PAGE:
442 VII. THE MECHANISM OF TIME-BINDING |
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line falling on two straight lines makes the interior angles on the same side less than two right angles, the two straight lines, if produced indefinitely, meet on that side on which are the angles less than two right angles'. We should note, in passing, that a straight line is
assumed to be of 'infinite' length, which involves a definite type of structural metaphysics of 'space', common to the A and older systems. This postulate of Euclid can be expressed in one of its equivalent forms, as, for instance, 'Through a point outside a straight line one, and only one, parallel to it can be drawn'. Lobatchevski and others decided to build up a geometry without this postulate, and in this they were successful. Let us consider what Lobatchevski did. For this, we go to a deeper level - otherwise, to a higher order abstraction - where we discover that what on his level had been the dropping of an assumption becomes on our deeper level or higher order abstraction the introduction of an assumption; namely, the assumption that through a point outside a straight line there passes more than one parallel line.Now such a process is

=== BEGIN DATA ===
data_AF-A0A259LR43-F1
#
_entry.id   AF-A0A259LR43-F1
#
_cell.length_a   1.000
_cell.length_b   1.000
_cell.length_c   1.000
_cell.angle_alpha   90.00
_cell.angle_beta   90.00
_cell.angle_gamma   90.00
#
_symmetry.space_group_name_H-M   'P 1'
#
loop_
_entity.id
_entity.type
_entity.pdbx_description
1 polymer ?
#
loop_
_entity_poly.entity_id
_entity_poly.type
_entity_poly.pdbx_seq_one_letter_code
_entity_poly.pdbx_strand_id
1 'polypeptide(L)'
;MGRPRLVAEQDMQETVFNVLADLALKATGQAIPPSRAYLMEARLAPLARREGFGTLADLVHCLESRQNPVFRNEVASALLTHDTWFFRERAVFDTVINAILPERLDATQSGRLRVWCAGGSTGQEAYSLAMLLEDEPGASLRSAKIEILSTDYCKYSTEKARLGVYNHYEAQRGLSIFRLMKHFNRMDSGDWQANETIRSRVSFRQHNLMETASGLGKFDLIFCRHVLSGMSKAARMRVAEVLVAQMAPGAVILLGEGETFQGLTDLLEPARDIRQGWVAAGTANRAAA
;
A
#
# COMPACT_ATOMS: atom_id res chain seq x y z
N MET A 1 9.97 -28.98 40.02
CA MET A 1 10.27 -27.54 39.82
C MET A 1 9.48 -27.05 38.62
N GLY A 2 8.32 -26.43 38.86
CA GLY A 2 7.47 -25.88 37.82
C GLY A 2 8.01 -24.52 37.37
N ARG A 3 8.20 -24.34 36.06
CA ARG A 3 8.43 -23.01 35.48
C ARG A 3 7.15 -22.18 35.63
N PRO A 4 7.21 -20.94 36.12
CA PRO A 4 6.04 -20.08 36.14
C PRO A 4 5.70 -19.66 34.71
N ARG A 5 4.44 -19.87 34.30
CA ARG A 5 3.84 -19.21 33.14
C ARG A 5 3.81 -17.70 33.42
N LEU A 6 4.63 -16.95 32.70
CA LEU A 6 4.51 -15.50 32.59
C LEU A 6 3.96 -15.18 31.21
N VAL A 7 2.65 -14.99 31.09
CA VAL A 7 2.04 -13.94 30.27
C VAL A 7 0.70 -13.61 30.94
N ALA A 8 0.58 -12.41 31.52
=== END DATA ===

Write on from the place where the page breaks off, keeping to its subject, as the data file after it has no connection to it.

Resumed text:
structurally inherent in all human knowledge. More than this, it is a unique characteristic of the structure of human knowledge. We can always do this. If we pass to higher orders of abstractions, situations seemingly 'insoluble', 'matters of fact', quite often become problems of preference. This problem is of extreme semantic importance, and of indefinitely extended consequences for all science, psychiatry, and education in particular.The examples I have given show a most astonishing semantic situation; namely, that one question can sometimes be answered 'yes' or 'no', 'true' or 'false', depending on the order of abstractions the answerer is considering. The above facts alter considerably the former supposedly sharply defined fields of 'yes' and 'no', 'true' and 'false', and,. in general, of all multiordinal terms. Many problems of 'fact' on one level of abstraction become problems of 'preference' on another, thereby helping to diminish the semantic field of disagreement.
It is interesting to throw some light on the problem of 'preference'. Which statement or attitude is preferable? The one claiming that Lobatchevski dropped a postulate, or the one claiming that Lobatchevski introduced a new postulate ? Both are 'facts', but on different levels, or of different orders. The dropping appears as an historical fact; the introducing as a psycho-logical fact inherent in the structure of human knowledge. The preference is fairly indicated; the psycho-logical fact is of the utmost generality (as all psycho-logical facts are) and, therefore, more useful, since it applies to all human endeavours and not merely to what a certain mathematician did under certain circumstances. |
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